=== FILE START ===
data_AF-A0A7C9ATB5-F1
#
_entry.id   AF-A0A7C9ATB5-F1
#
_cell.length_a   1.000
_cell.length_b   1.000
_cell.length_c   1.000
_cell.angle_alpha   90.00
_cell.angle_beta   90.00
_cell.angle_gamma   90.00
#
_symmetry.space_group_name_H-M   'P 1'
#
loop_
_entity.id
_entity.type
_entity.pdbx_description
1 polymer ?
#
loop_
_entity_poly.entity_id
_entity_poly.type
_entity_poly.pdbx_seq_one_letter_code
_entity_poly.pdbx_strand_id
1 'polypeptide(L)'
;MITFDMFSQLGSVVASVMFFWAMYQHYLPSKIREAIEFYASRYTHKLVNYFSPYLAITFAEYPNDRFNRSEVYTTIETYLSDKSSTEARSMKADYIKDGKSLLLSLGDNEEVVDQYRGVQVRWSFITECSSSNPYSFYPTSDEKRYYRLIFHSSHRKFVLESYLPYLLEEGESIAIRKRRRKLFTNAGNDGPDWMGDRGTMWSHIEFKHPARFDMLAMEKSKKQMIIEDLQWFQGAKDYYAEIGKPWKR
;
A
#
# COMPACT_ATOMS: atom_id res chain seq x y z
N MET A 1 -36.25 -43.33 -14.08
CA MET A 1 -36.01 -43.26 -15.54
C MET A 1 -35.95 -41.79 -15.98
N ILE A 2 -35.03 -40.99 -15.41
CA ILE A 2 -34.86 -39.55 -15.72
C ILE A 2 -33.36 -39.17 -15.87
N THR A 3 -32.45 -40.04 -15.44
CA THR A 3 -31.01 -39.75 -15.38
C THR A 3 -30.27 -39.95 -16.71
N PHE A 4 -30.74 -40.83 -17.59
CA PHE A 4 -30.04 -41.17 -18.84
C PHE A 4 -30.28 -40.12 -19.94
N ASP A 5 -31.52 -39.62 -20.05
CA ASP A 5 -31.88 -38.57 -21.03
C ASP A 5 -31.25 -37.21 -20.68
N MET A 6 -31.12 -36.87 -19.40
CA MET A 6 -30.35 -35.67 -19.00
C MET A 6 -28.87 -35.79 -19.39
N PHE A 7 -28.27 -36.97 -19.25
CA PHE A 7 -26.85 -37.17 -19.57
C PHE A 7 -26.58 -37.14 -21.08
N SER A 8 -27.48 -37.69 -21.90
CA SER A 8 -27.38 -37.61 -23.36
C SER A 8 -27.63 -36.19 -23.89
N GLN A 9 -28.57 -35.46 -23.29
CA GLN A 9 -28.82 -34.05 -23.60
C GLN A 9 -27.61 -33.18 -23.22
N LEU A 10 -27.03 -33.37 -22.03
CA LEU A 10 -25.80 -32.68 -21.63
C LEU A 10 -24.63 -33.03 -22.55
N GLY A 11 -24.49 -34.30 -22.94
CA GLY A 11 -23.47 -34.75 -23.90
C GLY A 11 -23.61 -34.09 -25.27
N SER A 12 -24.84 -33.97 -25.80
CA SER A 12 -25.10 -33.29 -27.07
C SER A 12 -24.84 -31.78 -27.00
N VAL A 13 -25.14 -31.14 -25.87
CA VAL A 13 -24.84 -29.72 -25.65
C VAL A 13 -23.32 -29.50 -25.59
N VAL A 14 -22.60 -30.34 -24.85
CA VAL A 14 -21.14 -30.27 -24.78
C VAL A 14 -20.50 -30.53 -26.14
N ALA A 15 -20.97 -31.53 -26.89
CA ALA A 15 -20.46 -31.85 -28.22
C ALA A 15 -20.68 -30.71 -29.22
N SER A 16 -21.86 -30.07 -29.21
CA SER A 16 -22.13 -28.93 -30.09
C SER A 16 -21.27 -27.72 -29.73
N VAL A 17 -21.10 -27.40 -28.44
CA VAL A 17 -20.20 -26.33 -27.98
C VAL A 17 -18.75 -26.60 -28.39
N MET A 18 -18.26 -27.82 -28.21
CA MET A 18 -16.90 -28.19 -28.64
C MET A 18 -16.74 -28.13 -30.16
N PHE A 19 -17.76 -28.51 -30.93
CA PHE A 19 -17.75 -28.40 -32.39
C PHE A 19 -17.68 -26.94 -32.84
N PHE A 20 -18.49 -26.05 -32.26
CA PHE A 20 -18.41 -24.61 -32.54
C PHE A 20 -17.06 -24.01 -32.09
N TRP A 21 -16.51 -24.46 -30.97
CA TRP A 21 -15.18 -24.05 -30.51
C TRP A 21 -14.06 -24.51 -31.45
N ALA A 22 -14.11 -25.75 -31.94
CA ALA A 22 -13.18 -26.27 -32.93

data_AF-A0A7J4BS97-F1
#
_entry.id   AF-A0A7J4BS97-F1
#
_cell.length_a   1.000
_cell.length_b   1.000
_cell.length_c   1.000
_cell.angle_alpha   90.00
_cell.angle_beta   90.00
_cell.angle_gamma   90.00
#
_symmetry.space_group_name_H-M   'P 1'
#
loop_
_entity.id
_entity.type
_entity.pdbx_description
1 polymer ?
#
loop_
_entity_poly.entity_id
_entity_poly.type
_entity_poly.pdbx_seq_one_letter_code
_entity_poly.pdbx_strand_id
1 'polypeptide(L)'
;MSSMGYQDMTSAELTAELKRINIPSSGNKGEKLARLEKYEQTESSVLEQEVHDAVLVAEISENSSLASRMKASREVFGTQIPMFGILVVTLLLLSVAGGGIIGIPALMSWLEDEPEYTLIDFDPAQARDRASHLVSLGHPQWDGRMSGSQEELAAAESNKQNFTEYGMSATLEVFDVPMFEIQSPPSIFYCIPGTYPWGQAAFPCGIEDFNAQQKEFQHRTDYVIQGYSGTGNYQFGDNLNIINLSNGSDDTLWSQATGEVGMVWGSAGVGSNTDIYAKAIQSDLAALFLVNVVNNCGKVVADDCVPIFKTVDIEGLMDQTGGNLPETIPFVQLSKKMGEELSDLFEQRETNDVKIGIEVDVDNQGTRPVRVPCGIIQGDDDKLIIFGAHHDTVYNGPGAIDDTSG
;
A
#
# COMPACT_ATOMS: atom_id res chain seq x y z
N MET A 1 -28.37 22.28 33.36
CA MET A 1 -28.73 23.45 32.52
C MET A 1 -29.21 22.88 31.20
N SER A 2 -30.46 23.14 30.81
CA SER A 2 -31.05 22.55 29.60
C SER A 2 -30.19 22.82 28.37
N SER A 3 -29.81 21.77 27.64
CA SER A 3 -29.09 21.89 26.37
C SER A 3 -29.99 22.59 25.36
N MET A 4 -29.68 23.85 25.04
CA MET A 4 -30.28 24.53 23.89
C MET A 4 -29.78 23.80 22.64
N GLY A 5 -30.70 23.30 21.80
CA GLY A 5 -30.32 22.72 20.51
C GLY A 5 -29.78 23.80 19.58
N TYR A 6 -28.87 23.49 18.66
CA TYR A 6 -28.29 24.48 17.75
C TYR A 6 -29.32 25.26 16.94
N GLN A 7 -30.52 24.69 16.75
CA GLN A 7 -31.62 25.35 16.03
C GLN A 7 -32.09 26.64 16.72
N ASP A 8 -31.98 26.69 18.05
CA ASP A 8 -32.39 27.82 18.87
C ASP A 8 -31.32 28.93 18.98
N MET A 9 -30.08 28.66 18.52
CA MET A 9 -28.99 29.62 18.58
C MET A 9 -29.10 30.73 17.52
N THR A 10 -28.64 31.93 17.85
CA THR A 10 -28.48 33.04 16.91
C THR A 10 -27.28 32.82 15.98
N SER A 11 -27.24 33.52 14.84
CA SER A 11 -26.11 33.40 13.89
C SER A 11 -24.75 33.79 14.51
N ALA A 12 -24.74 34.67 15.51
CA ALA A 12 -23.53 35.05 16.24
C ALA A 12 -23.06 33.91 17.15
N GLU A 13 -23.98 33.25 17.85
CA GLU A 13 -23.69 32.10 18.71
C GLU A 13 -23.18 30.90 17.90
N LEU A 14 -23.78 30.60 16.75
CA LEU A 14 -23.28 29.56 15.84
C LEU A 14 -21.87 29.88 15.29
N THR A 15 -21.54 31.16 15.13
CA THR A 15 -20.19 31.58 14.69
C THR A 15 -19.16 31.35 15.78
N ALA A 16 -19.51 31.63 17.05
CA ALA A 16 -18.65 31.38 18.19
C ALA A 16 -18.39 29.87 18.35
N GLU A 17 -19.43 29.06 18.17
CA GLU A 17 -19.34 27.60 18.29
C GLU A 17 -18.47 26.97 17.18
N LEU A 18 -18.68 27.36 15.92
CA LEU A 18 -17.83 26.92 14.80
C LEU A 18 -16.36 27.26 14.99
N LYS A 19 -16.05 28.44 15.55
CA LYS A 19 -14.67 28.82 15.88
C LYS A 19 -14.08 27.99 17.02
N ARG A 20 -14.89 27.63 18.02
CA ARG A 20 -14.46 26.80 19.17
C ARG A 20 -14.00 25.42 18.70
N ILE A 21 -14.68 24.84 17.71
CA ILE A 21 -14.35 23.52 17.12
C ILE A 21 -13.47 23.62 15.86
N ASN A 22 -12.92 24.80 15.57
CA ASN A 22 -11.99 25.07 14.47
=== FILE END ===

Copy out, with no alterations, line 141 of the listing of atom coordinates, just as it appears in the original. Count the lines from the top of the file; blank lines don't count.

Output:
N TYR A 6 -28.87 23.49 18.66